“The IRS is making a big push to collect payroll taxes, penalties, and interest for certain types of organizations—such as ‘S’ corporations—and there may be liabilities that the dentist isn’t aware of based on how they report their compensation,” elaborates Bruce Bryen, CPA. “Banks could request a secured position on the dentist’s resume if the collateral of the dental practice is insufficient, and associate buy-ins or partnership agreements could expose dentists to financial disputes and litigation if advisors—whether lawyers or CPAs—knowledgeable in dentistry weren’t involved in the process.”

Wayne J. Yee, DDS, notes that other business, financial, and employer-related liabilities involve the office environment itself (eg, improperly mounted monitors that could fall and injure patients or staff); failing to maintain disability and unemployment insurances; and failing to promptly record employee disciplinary actions and the counseling steps taken. Electronic data theft that leads to inadvertent release of HIPAA information and improperly backing up information also create risks and liabilities, he adds.

A dentist’s financial risks and liabilities also are greatly affected by clinical aspects of practice, Urban says, adding that the number-one clinical liability remains periodontal neglect and cut lingual nerves. With low reimbursements from insurances, some general dentists won’t perform risky procedures, but will refer to specialists, putting the specialists at a higher risk, she points out.

Clinical Concerns

The risks and liabilities associated with the clinical aspect of the dental practice have at their core the dentist/patient relationship and the treatments themselves that dentists—or their associates and staff—perform. Claims tend to gravitate toward implants, oral surgery, and root canal cases, which tend to have stormy postoperative periods and can result in hospitalization and substantial pain and suffering, explains John Green, DDS, JD. Other claims could involve cosmetic dentistry—where patients have higher expectations and the cost isn’t covered by insurance, he adds.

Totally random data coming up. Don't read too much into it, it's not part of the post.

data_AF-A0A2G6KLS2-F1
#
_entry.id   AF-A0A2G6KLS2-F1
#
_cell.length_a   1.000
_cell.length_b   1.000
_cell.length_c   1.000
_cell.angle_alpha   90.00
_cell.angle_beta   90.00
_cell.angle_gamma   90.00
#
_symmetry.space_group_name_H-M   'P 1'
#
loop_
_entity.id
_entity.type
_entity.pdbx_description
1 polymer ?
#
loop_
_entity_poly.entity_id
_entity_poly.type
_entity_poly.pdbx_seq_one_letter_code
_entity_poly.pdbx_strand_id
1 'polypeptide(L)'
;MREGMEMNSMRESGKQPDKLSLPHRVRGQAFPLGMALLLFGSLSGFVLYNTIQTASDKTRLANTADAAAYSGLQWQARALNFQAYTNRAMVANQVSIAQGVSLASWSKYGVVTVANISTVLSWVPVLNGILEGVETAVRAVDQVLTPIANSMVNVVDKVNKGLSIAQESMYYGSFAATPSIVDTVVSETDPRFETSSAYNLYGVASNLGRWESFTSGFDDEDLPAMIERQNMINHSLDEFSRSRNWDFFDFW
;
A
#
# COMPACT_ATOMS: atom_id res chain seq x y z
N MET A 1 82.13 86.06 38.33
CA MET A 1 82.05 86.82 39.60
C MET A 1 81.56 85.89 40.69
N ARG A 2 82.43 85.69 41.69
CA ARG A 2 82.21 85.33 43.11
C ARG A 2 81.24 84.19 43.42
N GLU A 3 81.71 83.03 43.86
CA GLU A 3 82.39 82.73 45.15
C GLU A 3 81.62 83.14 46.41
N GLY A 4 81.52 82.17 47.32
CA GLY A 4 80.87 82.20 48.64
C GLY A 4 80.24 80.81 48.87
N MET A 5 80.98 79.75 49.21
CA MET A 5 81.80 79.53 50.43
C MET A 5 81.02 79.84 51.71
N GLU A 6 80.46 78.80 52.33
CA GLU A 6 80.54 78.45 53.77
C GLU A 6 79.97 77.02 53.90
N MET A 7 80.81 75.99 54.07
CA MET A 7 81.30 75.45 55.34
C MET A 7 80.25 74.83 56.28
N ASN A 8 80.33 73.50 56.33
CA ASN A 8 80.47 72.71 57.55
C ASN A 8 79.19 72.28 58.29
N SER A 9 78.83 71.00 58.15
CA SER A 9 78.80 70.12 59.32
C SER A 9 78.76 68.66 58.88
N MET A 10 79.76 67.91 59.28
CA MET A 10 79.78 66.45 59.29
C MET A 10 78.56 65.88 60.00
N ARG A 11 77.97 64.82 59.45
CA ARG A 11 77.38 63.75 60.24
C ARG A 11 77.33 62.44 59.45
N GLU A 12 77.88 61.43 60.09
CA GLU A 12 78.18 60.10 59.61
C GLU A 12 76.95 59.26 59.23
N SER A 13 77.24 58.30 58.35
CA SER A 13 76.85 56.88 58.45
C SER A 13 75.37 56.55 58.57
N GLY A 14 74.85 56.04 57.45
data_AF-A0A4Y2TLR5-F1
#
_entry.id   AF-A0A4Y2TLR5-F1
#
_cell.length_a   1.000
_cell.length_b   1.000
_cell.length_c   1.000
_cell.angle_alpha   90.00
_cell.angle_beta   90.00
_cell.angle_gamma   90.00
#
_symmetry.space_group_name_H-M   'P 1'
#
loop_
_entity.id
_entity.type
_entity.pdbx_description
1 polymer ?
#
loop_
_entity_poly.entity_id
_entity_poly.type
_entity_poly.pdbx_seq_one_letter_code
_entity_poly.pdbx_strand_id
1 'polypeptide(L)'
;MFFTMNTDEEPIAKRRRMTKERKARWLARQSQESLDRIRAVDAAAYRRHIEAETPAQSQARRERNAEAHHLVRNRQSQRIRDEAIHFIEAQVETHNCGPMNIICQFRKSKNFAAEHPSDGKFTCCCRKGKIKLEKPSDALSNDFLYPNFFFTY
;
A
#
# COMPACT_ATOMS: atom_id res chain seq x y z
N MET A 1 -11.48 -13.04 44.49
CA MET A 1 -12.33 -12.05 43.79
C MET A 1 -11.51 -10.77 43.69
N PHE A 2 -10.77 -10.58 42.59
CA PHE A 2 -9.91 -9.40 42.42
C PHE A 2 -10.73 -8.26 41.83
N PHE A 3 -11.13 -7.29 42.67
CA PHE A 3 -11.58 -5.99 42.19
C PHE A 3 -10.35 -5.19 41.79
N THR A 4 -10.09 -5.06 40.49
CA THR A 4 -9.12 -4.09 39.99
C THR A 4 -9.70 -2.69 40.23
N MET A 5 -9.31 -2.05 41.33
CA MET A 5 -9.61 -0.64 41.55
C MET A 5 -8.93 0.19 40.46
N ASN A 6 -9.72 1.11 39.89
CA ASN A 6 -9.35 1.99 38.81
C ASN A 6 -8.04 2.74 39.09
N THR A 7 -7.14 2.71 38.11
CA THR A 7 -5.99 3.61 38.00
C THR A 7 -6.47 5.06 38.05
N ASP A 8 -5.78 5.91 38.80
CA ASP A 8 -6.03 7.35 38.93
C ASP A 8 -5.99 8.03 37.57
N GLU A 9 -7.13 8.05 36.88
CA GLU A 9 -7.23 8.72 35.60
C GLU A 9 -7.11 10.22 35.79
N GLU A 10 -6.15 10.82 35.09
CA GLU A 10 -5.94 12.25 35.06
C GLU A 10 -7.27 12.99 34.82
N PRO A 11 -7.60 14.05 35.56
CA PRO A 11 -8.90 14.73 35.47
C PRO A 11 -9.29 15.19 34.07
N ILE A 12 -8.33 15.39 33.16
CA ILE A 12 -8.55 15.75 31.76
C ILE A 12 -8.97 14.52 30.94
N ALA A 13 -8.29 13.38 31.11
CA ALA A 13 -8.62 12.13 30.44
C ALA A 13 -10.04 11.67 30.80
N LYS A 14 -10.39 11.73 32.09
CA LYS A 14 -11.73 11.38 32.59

According to Small, clinical risks and liabilities fall into two categories: inherent risks and risks caused by substandard care. “Inherent risks are those for which the dentist is not liable, in theory, because they are beyond the dentist’s control. State law recognizes that dentistry is part art, part science, and that everyone’s body reacts differently,” Small explains. “For these reasons, dentists are not legally responsible for risks inherent to certain procedures as long as the patient is advised of and accepts commonly known risks prior to consenting to treatment.”

Risks caused by substandard care are commonly referred to as dental malpractice risks, Small says. Dentists are liable for injuries caused by a breach of the standard of care.

Seidberg defines this category further, noting that malpractice is improper treatment that results in damage or injury; negligence refers to failing to meet the standard of care, practicing beyond the scope of competency or what the dentist’s license allows, or delegating to nonqualified people.

Stated differently, Treitel refers to acts of commission—things which the dentist has actively done, and acts of omission, in which there was something that dentists should have done or diagnosed but did not.

Patients who file dental malpractice claims bear the burden of proving the duty owed by the dentist, breach of that duty, and that the breach caused an injury, Small says.

“Duty comes with the concept of the doctor/patient relationship, which begins when there is reliance on what the doctor says to a patient,” Seidberg says. “That duty ends when treatment is completed.”

Green explains that employer dentists—or the “dental corporation”—are at risk of being brought into a malpractice case based on the conduct of other dentists in the practice, particularly if they’ve deemed them as independent contractors. In Illinois, for example, and other states, the employer is vicariously liable for any alleged negligent acts by dentists who work in the office, whether associates or independent contractors, he says.

“Also, dentists can incur professional liability when they refer outside their practice,” adds Yee. “For example, if a dentist refers a patient to an oral surgeon and later learns that the oral surgeon wasn’t qualified and made a mistake, the referring dentist is technically liable, also. Most dentists don’t realize that.”